The damage fire causes in large-scale buildings can be devastating. Previous fire incidents such as the Lacrosse Towers in Melbourne and Greenwich Square in London, have shown us understanding fire protection should be at the forefront of designers and architects’ minds.

Through clever building design and by using the right type of materials in construction, we can limit the spread of fire and smoke in commercial buildings. Architects know that fire protection is an Australian building code requirement, but not everybody understands the types of fire protection available and the design requirements for each type. At PROFINISH Fire Protection, we are Passive Fire Protection experts and can help you understand what fire protection you may need for your next project.

Fire Protection: Active or Passive?

Fire protection consists of the measures taken to prevent a fire from occurring as well as prevention of it becoming out of control. There are two types of fire protection, passive fire protection and active fire protection.

  • Passive Fire Protection is the use of fire-resistant materials in a building to isolate and suppress a fire while ensuring the building maintains its structural integrity allowing patrons to exit safely in the event of a fire.
  • Active Fire Protection requires an action to be taken to effectively put out a fire, such as using a fire extinguisher.

At PROFINISH Fire Protection, we specialise in providing passive fire protection and are one of the few companies in Victoria that can offer the entire fireproofing package including intumescent paint, duct protection and fire stopping penetrations. Commercial architects and building designers need to know the various forms of fire protection and products available to create the best outcome for the project. The team at PROFINISH Fire Protection can assist you with your project scope before giving you a cost estimate and considering how it will impact your construction timeline.

Types of Passive Fire Protection

Fire protection is not a one size fits all product. Every project has different requirements based on the construction materials used, the fire rating required, the design and the aesthetic goals. Considering what type of fire protection to use early in the design phase is crucial to ensure correct clearances are factored into the design to avoid a costly redesign. Common types of passive fire protection include vermiculite spray, fire retardant boards and intumescent paint.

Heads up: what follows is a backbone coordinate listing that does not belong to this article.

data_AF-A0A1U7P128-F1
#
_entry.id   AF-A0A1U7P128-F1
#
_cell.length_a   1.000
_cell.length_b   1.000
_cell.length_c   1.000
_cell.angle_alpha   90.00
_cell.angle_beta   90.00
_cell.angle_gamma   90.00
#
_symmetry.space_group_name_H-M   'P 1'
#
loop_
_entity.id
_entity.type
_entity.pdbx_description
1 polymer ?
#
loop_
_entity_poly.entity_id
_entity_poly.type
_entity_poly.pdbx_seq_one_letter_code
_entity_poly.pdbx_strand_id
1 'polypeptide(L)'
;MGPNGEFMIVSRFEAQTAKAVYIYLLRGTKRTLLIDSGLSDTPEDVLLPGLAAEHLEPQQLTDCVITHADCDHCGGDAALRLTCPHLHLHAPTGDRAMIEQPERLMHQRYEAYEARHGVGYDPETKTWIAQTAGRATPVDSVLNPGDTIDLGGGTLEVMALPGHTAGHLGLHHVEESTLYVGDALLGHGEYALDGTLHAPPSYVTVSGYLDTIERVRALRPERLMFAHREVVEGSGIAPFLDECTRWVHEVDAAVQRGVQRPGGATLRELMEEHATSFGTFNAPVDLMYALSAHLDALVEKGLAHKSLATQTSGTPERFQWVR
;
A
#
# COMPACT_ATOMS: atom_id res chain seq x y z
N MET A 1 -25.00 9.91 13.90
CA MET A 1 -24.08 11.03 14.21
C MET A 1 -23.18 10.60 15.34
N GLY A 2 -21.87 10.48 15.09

• Vermiculite spray is often used in service areas, such as fire corridors, or other areas that do not require an architectural finish. It is cost-efficient and can be applied quicker than other fire protectants.
  • Fire retardant board is more design-savvy than vermiculite. It encases internal steel beams and provides a smooth finish to your project that in some cases, can be fixed to walls or windows.
  • Intumescent paint is a fire protective coating that provides the best finish to projects that require a high-end aesthetic finish, like exposed beams or columns. Intumescent paint is not only a premium product for its aesthetic appeal but for its unique ability to expand and form an insulating layer when exposed to fire. For this fire protection method, the design will need to allow 50mm of clearance.

Fire Resistant Levels (FRL)

With a recent focus on fire protection materials used in commercial buildings, the Victorian Civil and Administrative Tribunal has issued a reminder that an architect’s responsibility for a project’s design goes beyond the visual aspect. Understanding the basics of fire-resistant levels will help you choose the right material for your build and ensure that it will be checked off by the fire engineer and building surveyor without delay.

A fire-resistant level is the estimated ability of a construction element to withstand fire and is a compliance requirement by the Building Code of Australia (BCA) for all multistorey buildings. The FRL is tested on three aspects; structural adequacy, integrity and insulation. At ProFinish Coatings, you may see 90/60/30 on our social media posts and case studies. This means that the passive fire protection implemented must maintain structural adequacy for 90 minutes, integrity for 60 minutes and insulation for 30 minutes. Fire-resistant levels are particularly important to consider when drawing the design, as architects need to consider the thickness and clearance required for each fire protection method.

The following methods can provide 60 minutes of fire protection:

  • 10-15mm of Vermiculite Spray, or
  • 15mm (at least) of Fire Retardant Board, or
  • 1-2mm of intumescent paint with a 50mm clearance to expand.

However, thickness requirements can vary depending on the size and shape of the steel being protected.

Diagram of Fire Protection provided by Promat

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As a commercial designer, you want to be on top of all recent changes to the BCA regarding fire protection to ensure that the design is compliant the first time.  If you are concerned about your knowledge of fire protection, consult with your fire engineer and a PROFINISH specialist about fire protection options before you submit the design. This consultation can save time and money when it comes to the project’s staging, overall cost and completion timeframe. Adding this knowledge to your expertise can also help you design future projects that allows you to stand out from other firms.

Avoid a Redesign

At PROFINISH Fire Protection, we constantly see design plans that don’t consider passive fire protection. Avoid costly redesigns by considering passive fire protection when you are designing your next project. If you are unsure where to start with fire protection, get in touch with the team. We are happy to answer all fire protection questions.